But why didn’t Brad’s phone VPN stop the laptop from being throttled by the mobile phone data provider? It’s all down to connections, tunnels and routing of the internet signal. In simple terms, when Brad activated the data hotspot on his phone, he was merely allowing his data connection to be ‘discoverable’ and diverted via Wi-Fi or Bluetooth to any other device requesting access. But that data was diverted before the phone’s VPN extension could encrypt it. The more technical aspect to this answer lies in the word ‘extension’ in the phrase ‘VPN extension’.
In simple terms, a VPN extension acts as a piece of software running alongside the browser to which it’s installed. That’s the crucial thing- the VPN protects any data processed by the browser, not data provided by the phone itself. As a useful bonus, people with children can use this knowledge to bypass any parental viewing controls they might set up on their home networks. After the little terrors have gone to bed, of course!
The short takeaway from all this is simple. If you want to prevent data throttling, bypass geographical restrictions and build a defense against malware and phishing attacks, if you’re using a mobile device, you should install a VPN extension onto the phone’s browser AND also install the same onto the browser of any connected device. This is because a phone’s data hotspot (usually) sends unfiltered signals directly to the tethered laptop or tablet.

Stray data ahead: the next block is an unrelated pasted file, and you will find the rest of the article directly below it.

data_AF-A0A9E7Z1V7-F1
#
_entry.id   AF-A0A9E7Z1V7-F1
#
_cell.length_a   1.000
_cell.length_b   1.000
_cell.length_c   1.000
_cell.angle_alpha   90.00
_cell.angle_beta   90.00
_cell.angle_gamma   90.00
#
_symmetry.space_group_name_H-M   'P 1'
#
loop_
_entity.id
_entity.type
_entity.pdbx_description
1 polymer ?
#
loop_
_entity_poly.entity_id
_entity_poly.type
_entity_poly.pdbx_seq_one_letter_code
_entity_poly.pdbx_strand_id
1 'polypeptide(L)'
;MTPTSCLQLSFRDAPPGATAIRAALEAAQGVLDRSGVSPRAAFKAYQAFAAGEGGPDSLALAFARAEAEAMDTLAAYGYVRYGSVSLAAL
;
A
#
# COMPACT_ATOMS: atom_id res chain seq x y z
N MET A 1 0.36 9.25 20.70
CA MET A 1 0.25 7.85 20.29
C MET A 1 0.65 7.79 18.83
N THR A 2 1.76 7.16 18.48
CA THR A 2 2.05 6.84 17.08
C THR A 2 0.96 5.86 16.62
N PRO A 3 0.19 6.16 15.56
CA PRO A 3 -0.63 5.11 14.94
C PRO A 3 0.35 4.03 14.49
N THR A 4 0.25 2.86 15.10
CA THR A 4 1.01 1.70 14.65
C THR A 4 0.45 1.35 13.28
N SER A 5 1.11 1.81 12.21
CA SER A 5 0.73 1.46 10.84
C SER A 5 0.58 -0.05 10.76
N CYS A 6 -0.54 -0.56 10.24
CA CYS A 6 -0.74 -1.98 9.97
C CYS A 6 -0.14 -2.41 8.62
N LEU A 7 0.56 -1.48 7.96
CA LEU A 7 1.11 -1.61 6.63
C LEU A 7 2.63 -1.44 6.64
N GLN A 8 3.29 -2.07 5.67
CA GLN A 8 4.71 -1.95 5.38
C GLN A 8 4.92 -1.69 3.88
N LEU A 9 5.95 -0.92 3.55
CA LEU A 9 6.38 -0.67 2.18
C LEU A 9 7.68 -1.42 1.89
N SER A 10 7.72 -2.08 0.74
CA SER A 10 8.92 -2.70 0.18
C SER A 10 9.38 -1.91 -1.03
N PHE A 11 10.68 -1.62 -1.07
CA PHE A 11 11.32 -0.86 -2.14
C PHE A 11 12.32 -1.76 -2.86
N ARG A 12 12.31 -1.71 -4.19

Add to this the other advantages of potentially avoiding dynamic pricing, and the technique of using a separate browser extension for phone and laptop makes perfect sense. Try this for an interesting online privacy experiment:
- Use your phone, connected to 4G or 5G, not your landline internet, without any VPN extension turned on, to browse a travel & hotel booking site and get a price for a specific room or ticket. Note the price you’re offered.
- Turn on the VPN extension, clear all cookies and cache, re-start the device and perform the same search. Note the price you’re offered.
- Tether your laptop, VPN extension off, to the mobile phone and try the same search. Note the price you’re offered.
- Repeat three but turn on the laptop’s VPN extension. Compare all four prices. It’s very likely that there will be some differences between them all. But did you get better offers with the VPN on or off?
The answers open some interesting debates about dynamic pricing: do retailers offer higher prices to wealthier areas? They might even detect that you’re accessing the web via a Mac as opposed to an old PC laptop- then increase the price on the basis that their potential customer is a rich professional as opposed to a home PC user. Does the time you search make a difference – in the dead of night or during business hours? Do the research and draw your own conclusions.
In any case, in order to ensure that your internet activity is safe, you should use a VPN on every device in the home or office, if possible, rather than relying on the router or a hotspot to cope with data security of itself.